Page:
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Who’s at the helm of MSP?

Former officials say lack of authority has handcuffed redevelopment panel for old prison site

Many of the buildings at the former Missouri State Penitentiary sit in disrepair after a decade of being exposed to the elements. (Nov. 2012 file photo)

Many of the buildings at the former Missouri State Penitentiary sit in disrepair after a decade of being exposed to the elements. (Nov. 2012 file photo) Photo by Julie Smith.

A commission established for the sole purpose of overseeing the old Missouri State Penitentiary site in Jefferson City may be lacking the authority it needs to accomplish its goals.

The General Assembly passed a final budget last week that includes $38 million for planning, design and construction and renovation of the Missouri Department of Transportation Central Office, which would be located on the Missouri State Penitentiary (MSP) site.

When the appropriation was announced May 2, one group had been left out of the loop: the Missouri State Penitentiary Redevelopment Commission, resulting in questions as to what the commission’s role truly is.

Original intent

Some former Missouri lawmakers say the MSP Redevelopment Commission has not served the purpose that was originally laid out in a 2001 state statute.

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Students from Morgan County R-1 School in Stover listen as the guide begins a guided tour of the Missouri State Penitentiary.

MSP is a 142-acre piece of land that became available for redevelopment after prisoners were transferred to a new facility in 2004. In anticipation of the transfer, two former state lawmakers sponsored a bill to create the Missouri State Penitentiary Redevelopment Commission, also known as the MSP Commission.

According to RSMo 217.902, which took effect in August 2001, the commission’s powers and duties include acquiring the title to the MSP property and leasing or selling real property to developers who will use it in accordance with the commission’s master plan.

But the commission, which has been operating since 2002 when the first commission members were appointed, has never received the title to the MSP property.

“I thought that land (MSP) would have all been turned over by the state to the commission a long time ago,” said former state Rep. Bill Gratz, who sponsored the commission legislation. “I think some people have dropped the ball on that.

“Nobody seems to be pushing hard enough for it.”

He said the commission has served a purpose, but could serve a better purpose if it had complete control of the land.

“The economy has taken a spin since the time of the new prison and everything else,” Gratz said. “It (MSP) is still a ‘diamond in the rough.’

“It has a lot of potential, it just has to be developed.”

Former Jefferson City Rep. Carl Vogel helped in getting Gratz’s legislation through the House. He said the commission was created in order to keep legislators out of the MSP redevelopment process, except for funding decisions.

“(The commission) is so that those individuals appointed could analyze the information and make the decisions to the best of their ability to move forward with the overall development of the project,” Vogel said.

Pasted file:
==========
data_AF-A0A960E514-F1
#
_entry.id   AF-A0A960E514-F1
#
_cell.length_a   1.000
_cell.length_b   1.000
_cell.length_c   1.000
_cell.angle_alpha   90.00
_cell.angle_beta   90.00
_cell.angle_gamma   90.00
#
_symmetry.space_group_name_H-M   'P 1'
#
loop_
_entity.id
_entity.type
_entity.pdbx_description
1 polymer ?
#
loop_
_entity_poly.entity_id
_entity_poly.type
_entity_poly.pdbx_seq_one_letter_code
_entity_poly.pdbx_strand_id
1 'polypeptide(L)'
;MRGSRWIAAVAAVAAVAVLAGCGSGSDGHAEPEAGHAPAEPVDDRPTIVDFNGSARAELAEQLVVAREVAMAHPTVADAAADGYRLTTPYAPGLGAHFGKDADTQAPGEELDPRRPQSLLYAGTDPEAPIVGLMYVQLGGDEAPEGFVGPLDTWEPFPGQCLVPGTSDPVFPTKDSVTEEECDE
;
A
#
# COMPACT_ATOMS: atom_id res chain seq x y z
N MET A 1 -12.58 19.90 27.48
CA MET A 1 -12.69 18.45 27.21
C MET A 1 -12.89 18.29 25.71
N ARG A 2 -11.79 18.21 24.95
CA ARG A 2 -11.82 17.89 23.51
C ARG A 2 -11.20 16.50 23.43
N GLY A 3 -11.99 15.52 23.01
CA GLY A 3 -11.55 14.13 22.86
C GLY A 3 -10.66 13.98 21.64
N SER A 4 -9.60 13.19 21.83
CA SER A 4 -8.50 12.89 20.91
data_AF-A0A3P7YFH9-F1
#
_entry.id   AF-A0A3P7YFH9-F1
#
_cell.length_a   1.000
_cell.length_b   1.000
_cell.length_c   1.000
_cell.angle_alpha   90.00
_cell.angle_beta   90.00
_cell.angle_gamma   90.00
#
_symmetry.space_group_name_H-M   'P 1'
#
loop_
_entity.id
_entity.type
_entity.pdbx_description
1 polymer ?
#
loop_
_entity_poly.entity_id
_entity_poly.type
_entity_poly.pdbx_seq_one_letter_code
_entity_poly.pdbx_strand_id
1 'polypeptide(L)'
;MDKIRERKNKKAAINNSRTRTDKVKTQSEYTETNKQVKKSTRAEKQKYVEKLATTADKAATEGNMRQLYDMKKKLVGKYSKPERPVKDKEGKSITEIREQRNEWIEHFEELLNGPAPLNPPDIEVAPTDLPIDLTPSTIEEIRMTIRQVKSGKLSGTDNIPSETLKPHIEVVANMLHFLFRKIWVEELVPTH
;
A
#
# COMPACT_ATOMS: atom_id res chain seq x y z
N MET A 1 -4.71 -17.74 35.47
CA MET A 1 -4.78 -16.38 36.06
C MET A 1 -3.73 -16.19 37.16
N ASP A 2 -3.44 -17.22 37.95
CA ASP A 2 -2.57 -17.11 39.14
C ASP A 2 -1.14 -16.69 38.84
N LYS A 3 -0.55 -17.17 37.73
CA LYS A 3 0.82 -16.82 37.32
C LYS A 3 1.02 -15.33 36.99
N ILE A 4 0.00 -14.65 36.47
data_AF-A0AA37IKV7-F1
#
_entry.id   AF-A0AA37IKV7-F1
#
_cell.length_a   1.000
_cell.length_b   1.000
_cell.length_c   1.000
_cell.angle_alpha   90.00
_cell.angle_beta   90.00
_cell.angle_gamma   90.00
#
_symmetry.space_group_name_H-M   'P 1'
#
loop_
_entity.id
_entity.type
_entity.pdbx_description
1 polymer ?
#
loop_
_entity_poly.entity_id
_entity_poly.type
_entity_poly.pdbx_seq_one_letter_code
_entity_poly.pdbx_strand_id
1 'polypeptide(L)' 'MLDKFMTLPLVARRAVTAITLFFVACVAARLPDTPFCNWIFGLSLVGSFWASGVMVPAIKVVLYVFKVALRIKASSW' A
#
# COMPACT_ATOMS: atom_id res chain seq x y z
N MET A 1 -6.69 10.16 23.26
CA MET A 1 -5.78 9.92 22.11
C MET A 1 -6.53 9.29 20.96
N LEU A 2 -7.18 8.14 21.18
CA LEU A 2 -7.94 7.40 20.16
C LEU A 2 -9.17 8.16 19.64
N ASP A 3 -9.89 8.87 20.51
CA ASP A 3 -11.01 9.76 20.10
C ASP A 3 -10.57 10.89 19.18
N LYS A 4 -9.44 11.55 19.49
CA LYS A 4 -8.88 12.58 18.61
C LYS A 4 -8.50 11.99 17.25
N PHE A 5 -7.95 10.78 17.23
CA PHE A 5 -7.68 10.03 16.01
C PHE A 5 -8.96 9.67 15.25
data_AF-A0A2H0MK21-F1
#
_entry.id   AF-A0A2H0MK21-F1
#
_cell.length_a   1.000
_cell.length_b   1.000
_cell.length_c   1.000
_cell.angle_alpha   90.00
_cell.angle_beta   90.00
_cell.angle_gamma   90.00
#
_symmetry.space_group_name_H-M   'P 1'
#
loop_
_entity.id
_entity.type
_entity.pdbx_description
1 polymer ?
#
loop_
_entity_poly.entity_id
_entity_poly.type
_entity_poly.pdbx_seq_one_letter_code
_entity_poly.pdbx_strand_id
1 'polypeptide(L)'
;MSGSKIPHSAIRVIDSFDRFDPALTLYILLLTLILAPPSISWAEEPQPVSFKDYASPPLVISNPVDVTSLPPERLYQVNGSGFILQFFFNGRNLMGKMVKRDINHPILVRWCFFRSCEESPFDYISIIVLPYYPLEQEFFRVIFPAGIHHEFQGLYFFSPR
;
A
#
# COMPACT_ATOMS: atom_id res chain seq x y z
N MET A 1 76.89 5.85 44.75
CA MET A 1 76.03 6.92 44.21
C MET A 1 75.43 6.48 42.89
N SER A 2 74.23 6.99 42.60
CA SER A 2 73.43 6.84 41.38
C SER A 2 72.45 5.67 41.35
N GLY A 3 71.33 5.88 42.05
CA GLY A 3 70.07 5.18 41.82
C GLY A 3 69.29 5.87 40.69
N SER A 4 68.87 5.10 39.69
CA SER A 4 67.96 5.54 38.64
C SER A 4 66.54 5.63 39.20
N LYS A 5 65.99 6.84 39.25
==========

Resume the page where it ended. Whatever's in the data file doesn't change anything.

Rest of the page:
He believes the commission has carried out what it was created to do.

Former Sen. Larry Rohrbach was also a key player in the legislation.

He said lawmakers at that time, 2001, knew MSP could be an asset or a liability and their goal was to make it an asset for the community and the state.

“I didn’t expect it to be quick,” Rohrbach said of MSP redevelopment. “It isn’t the sort of thing that can happen overnight.”

The three former lawmakers said one of the biggest obstacles in moving the legislation was getting lawmakers from outside the Mid-Missouri area on board with MSP redevelopment.

“The community would plead their case, and it (MSP redevelopment) was very important to central Missouri and those of us who represent Jefferson City,” Vogel said. “But in the total scheme of what’s on a legislator’s plate from St. Louis, Kansas City or even outstate Missouri, it was a challenge to convince them how important this was to the state.”

Gratz said some representatives thought Jefferson City was getting something for nothing.

“I think that’s probably an ongoing problem,” he said. “The resentment from some other representatives that Jefferson City was getting something.”

‘A holding pattern’

Those who have been involved with the commission agree.

Commission member Gene Bushmann said the state statutes lay out the responsibilities and role of the commission, but nothing really has developed along those lines. When asked why he thought that was, Bushmann said it was hard to say.

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View of a hallway near the entryway at the Missouri State Penitentiary.

“I don’t think the state ever bought into the proposition that they would transfer all that property to this new commission that had no funds, had no expertise in handling property,” Bushmann said. “(The Office of Administration) has always sort of been in charge and maintaining the attitude that this is state land.”